Monday February 29 2016

Why can’t the EC organise free and fair elections?

By William G. Naggaga

After the 1980 election, which most people believe was won by Dr Paul Kawanga Ssemwogerere of the Democratic Party (DP) but was awarded to Milton Obote of Uganda Peoples Congres (UPC), Yoweri Museveni of Uganda Patriotic Movement (UPM) went to the bush, citing a rigged election.

Since assuming power in 1986, President Museveni has won five elections (1996, 2001, 2006, 2011, and 2016). In the last four, he has battled with his former doctor and Bush War comrade Dr Kizza Besigye. All of the four encounters have had hallmarks of controversy and allegations of massive rigging. In 2001 and 2006, the Supreme Court threw the book at the NRM and Electoral Commission for irregularities, rigging, incompetence, disenfranchising voters, etc.
In both cases, the Supreme Court came short of annulling the results because the rigging did not substantially change the outcome of the polls. Only the Lord knows how substantial the rigging must be to change the outcome! Putting the onus on the complainant to prove substantiality borders on absurdity.

A few weeks to the 2016 elections, celebrated columnist Charles Onyango-Obbo wrote two articles which caught my eye. In one he compared Besigye to the biblical Moses whom God directed to lead his people from bondage in Egypt to the promised land of Israel but he himself never reached the promised land. In his second article he wrote that out of the four elections held from 1996 to 2011, Museveni probably won only one. Obbo didn’t say which but my guess could be 1996 since the others have been contested. Gen David Sejusa openly said that Besigye won the 2006 elections but was cheated of victory.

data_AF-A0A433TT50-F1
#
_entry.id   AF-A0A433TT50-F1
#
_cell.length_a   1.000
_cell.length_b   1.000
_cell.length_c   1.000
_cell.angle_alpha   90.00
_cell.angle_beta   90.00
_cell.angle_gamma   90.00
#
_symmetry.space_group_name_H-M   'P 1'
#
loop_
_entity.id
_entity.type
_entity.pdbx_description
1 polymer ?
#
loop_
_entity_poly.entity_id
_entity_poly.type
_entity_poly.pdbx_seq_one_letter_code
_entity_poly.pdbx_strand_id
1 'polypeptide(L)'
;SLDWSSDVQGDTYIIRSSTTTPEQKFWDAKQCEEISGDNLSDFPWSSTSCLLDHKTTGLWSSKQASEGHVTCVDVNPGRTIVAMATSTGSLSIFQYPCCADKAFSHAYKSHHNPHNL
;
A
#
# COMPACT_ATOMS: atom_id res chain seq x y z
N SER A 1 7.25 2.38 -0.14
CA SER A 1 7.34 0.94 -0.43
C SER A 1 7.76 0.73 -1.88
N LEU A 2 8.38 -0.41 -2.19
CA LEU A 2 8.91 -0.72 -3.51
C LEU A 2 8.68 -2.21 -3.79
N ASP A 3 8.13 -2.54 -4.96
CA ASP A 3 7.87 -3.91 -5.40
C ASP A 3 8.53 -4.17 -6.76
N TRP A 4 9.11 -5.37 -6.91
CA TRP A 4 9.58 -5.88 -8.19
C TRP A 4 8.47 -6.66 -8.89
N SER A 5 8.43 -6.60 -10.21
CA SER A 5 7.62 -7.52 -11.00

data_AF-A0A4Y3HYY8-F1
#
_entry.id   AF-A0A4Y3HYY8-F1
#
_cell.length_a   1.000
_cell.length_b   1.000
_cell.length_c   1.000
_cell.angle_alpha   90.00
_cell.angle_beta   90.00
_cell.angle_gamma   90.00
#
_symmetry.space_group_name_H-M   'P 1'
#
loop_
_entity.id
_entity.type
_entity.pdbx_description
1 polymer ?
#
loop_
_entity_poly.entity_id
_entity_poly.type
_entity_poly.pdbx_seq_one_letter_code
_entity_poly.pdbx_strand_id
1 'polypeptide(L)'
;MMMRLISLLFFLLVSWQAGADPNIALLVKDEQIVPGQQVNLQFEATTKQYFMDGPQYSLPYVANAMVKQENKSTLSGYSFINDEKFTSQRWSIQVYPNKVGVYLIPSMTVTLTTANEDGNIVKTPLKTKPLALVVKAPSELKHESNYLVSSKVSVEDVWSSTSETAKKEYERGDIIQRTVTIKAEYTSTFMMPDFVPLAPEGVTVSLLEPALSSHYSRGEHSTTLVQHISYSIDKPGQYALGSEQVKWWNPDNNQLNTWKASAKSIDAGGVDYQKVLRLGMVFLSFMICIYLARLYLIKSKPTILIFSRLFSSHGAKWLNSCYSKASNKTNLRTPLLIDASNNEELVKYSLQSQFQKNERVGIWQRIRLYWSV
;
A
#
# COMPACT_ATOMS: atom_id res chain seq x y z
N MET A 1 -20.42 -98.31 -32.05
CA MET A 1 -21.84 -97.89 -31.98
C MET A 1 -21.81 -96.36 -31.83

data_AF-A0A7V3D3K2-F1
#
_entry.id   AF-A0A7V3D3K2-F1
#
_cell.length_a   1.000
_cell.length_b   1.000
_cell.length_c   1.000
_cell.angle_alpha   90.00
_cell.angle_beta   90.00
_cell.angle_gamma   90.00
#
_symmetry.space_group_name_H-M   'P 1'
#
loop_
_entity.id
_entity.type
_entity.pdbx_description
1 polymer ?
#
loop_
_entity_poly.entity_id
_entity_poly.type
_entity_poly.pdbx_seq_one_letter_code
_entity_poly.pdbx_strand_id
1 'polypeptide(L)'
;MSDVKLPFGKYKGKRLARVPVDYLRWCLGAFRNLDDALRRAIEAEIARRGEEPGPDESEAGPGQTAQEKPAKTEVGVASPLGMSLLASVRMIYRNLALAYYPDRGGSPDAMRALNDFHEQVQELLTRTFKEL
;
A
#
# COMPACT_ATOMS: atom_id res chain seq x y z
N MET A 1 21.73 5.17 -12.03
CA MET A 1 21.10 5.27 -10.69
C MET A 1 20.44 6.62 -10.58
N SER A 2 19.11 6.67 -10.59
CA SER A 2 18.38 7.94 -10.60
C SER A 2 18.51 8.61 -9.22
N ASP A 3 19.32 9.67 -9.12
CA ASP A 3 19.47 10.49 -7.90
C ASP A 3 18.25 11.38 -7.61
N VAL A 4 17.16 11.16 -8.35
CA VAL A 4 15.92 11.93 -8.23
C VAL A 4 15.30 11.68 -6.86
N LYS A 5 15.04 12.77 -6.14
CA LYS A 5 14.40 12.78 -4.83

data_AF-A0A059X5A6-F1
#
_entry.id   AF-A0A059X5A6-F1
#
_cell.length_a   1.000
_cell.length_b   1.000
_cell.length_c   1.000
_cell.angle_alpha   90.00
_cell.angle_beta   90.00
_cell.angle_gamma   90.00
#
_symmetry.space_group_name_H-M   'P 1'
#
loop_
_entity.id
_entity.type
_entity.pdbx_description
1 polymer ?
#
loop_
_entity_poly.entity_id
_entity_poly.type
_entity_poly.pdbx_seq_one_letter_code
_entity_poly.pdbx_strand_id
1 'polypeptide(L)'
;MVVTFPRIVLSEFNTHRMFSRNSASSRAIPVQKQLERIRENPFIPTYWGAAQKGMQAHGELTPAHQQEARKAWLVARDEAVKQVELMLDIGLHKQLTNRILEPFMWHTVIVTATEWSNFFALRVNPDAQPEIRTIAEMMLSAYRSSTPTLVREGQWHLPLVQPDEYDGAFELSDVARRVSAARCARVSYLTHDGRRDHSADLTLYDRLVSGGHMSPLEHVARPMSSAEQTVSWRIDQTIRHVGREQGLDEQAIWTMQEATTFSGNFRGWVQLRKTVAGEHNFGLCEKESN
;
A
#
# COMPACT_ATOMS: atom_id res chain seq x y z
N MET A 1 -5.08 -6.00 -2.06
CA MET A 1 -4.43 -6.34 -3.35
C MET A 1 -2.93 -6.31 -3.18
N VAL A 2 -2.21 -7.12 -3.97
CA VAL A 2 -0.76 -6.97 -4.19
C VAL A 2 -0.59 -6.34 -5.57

The present EC under Badru Kiggundu has presided over the last four elections, including the ‘mother of disasters’, the 2016 election!

Kiggundu’s14 years at the helm of the EC have not been stellar. Unfortunately, his last election was the epitome of incompetence and lack of statesmanship. When he said in an interview on NTV that if he had his way, he would not have registered Besigye as a presidential candidate, all right thinking people must have been shocked beyond belief that the EC chairman can make such a statement about a presidential candidate. Kiggundu may have been angered by Besigye’s “defiance campaign” but his understanding of defiance and non-compliance was flawed. As has been pointed out by others, Nelson Mandela, Rosa Parker, Martin Luther King, all ran campaigns of defiance by refusing to comply with unjust laws and discriminatory practices.

My experience on election day left me in no doubt that the EC was inept. I arrived at my polling station in Bwotansimbi, Buloba, 12 miles on Kampala Mutyana Road, at 9am and found a long line of people who had patiently waited since 6.30am to vote but no materials had arrived. I returned two hours later to find basins and chairs had been delivered but no ballot papers and biometric machines. These came at 1.30pm but the technician to operate the biometric machine was missing and voting could not start. Until he surfaced at 2.30pm!

Other areas suffered worse than us and many people in Wakiso and Kampala were completely disenfranchised. This was undoubtedly the worst election in the history of Uganda and one where the Opposition stood the best chance to unseat the incumbent. It is inconceivable that Kampala and Wakiso, the nearest places to the offices of the Electoral Commission, voted last or did not vote at all. Both are the most populated districts in the country and normally vote for the Opposition.

Mr Naggaga is an economist, administrator and retired ambassador